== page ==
- Stavroula KarapapaStavroula KarapapaProfessor of Intellectual Property and Information Law, University of Reading
- and Luke McDonaghLuke McDonaghSenior Lecturer in Law, City, University of London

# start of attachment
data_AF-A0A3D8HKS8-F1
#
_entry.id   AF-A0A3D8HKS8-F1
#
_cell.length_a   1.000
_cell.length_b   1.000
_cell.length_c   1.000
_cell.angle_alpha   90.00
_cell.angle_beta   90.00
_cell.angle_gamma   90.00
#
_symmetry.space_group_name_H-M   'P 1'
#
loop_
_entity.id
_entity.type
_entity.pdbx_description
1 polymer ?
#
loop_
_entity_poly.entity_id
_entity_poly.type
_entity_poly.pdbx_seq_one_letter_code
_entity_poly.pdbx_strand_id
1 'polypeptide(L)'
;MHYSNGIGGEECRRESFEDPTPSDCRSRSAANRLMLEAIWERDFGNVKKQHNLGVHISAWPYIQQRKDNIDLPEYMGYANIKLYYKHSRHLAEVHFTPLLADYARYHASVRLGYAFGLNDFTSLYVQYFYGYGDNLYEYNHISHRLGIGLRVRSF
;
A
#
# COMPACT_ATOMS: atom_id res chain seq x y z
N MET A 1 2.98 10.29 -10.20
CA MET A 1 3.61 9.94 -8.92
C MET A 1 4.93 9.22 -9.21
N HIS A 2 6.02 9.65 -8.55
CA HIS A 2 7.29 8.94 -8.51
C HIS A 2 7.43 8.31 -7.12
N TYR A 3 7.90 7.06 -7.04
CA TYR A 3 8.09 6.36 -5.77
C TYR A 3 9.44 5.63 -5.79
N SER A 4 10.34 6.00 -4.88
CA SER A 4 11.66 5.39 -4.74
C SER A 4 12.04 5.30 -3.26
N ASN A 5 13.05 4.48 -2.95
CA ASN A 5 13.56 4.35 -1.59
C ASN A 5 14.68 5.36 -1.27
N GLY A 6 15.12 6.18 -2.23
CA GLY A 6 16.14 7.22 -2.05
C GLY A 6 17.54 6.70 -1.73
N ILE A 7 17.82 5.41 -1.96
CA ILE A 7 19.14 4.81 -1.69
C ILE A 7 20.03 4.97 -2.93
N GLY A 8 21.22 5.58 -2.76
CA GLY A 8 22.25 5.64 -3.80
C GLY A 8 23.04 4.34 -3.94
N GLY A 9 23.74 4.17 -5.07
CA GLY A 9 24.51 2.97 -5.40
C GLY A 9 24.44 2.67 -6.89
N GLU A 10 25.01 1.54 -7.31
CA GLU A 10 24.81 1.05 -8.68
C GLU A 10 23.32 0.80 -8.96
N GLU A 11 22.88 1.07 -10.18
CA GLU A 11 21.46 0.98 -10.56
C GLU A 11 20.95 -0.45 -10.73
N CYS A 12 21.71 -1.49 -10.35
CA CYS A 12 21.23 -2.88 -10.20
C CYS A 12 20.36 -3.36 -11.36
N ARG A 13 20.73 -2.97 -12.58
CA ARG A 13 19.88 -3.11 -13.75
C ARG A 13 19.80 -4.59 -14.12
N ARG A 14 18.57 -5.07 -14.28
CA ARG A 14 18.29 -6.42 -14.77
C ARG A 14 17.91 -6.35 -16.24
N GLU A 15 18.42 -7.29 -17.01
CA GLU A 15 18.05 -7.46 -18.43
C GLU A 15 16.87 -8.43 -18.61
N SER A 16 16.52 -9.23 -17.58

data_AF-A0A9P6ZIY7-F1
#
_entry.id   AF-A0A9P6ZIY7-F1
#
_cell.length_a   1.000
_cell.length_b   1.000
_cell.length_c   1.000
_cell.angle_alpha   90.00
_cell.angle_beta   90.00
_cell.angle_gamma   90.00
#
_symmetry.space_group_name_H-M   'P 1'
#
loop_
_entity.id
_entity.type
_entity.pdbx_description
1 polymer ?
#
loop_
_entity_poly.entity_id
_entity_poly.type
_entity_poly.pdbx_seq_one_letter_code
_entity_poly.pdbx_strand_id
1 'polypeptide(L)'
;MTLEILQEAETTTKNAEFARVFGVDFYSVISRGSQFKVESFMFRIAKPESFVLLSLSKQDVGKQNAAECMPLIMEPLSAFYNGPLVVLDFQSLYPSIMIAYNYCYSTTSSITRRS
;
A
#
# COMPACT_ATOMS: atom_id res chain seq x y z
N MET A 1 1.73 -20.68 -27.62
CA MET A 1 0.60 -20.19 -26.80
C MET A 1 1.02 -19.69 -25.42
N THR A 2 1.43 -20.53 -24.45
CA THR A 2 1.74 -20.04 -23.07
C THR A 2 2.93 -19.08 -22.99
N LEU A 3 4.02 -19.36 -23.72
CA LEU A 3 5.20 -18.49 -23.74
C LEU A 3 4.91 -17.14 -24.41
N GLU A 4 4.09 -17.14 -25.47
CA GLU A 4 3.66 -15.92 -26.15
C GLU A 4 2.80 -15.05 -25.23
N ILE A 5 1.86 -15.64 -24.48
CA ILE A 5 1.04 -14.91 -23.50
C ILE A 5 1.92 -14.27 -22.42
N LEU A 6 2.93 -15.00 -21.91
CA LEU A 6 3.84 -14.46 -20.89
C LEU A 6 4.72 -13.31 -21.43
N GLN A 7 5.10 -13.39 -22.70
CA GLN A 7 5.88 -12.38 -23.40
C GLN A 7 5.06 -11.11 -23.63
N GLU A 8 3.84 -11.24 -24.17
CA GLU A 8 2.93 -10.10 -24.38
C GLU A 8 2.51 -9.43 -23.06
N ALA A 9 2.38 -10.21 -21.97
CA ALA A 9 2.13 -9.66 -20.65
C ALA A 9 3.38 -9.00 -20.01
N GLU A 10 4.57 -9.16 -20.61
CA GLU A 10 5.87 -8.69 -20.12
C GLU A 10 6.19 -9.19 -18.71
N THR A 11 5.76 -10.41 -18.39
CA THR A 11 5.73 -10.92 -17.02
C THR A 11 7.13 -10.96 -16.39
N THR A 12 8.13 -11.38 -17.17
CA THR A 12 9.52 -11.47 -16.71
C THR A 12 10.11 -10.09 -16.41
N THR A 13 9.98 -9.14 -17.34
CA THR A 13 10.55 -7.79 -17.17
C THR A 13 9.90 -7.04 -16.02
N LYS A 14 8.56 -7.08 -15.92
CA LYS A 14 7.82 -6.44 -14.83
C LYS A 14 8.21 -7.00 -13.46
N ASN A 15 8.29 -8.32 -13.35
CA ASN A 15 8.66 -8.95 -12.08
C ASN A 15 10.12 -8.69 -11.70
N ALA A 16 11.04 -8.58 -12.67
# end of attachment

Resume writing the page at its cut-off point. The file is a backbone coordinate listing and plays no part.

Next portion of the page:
This chapter explores the infringement of patents. In the United Kingdom, s. 60 of the Patents Act is the key provision on direct patent infringement. The patentee will have to show two things: first, that one or more infringing acts have been committed within the United Kingdom, and second, that the defendant's conduct falls within the scope of protection afforded to the patent, i.e. within the literal or purposive meaning of the claims. By way of response, the defendant to a patent infringement action can raise a number of different arguments. It can deny that the claimant has established the elements of the infringement action by showing that no infringing conduct has been committed, or even if it has, that the defendant's product or process is not within the meaning of the claims. The Patents Act defines infringing conduct in s. 60. One critical aspect is that it must involve some sort of commercial activity.